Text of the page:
Police told to detail snooping into journalists' sources

Chris Huhne arriving for sentencing on 11 March 2013 Image copyright Getty Images
Image caption Chris Huhne was jailed for eight months in March 2013 for perverting the course of justice

The Interception of Communications Commissioner has ordered police forces to reveal their use of snooping powers to identify journalists' sources.

The order forms part of an inquiry by commissioner Sir Paul Kennedy into potential misuse of the Regulation of Investigatory Powers Act (Ripa).

He said he wanted to "develop clarity".

It comes after it was reported that police secretly obtained phone records of a journalist investigating the Chris Huhne speeding points scandal.

The Mail on Sunday reported that officers had got hold of the phone records of the journalist and identified one of his sources for the story - despite a judge agreeing the source could remain confidential.

The former Cabinet minister and his ex-wife, economist Vicky Pryce, were both jailed for eight months in March 2013 after it emerged she had taken speeding points on his behalf a decade earlier, while they were married.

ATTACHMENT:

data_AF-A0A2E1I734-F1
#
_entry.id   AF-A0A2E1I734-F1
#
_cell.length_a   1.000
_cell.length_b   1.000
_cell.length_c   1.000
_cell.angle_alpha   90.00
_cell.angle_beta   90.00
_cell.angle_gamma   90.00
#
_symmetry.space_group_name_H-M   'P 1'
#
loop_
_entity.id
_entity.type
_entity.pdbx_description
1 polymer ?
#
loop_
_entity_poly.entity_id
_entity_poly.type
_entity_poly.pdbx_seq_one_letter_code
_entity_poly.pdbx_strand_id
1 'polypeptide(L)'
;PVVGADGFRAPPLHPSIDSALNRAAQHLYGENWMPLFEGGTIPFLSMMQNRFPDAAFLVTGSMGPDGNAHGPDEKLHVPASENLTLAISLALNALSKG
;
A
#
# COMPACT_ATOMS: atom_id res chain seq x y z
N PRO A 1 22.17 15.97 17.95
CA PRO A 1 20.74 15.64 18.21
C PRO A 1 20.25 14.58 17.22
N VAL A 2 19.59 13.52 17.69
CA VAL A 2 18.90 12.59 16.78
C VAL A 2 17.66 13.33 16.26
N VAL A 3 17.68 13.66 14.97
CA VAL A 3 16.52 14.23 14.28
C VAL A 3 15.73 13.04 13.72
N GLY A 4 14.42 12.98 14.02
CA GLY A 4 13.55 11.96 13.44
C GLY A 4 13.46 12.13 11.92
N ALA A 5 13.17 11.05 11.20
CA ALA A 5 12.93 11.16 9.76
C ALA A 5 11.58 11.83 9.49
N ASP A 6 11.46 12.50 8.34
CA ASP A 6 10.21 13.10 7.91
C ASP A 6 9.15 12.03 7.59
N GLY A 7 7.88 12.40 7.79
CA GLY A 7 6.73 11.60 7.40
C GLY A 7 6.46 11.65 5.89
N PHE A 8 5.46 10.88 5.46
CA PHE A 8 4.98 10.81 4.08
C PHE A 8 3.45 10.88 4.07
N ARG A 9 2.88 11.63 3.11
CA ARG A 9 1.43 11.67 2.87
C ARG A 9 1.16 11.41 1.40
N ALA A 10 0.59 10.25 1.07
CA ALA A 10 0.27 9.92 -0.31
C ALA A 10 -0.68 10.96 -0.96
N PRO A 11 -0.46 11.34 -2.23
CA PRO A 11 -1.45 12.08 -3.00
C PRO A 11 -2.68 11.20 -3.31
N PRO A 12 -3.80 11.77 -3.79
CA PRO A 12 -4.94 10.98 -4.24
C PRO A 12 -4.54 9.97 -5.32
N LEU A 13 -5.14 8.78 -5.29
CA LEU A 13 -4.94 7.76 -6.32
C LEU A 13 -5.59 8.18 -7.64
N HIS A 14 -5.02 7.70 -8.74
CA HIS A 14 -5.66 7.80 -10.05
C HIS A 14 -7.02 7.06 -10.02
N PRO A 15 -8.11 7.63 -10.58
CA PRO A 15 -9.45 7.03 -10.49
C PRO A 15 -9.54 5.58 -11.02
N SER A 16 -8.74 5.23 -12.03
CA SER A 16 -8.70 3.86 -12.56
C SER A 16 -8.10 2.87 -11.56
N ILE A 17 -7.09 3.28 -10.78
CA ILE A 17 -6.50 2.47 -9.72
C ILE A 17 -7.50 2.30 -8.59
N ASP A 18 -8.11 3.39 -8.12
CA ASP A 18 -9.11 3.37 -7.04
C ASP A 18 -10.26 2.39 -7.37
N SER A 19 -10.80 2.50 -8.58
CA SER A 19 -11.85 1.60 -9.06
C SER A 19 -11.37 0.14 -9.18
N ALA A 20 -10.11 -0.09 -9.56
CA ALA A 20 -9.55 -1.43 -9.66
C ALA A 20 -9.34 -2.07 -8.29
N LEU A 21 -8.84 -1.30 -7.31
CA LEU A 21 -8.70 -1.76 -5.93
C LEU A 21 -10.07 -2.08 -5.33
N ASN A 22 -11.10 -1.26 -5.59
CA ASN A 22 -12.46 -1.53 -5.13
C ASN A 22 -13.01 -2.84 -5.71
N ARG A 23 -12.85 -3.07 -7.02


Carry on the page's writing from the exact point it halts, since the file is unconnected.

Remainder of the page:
Launching the inquiry, Sir Paul said: "I fully understand and share the concerns raised about the protection of journalistic sources so as to enable a free press."

He added: "My office will undertake a full inquiry into these matters and report our findings to the prime minister and publicly, so as to develop clarity in relation to the scope and compliance of this activity."

David Cameron's official spokesman said the prime minister thought it "right that you have the oversight mechanisms that are in place".

"There is the ability for the commissioner to look at that if they have concerns and it is right that they should be able to do that, and it's right that they are independent and best placed to consider that."

He said the prime minister "thinks that strong and robust investigative journalism is absolutely essential", adding: "He is a strong supporter of the British media's long, proud tradition of that type of journalism."

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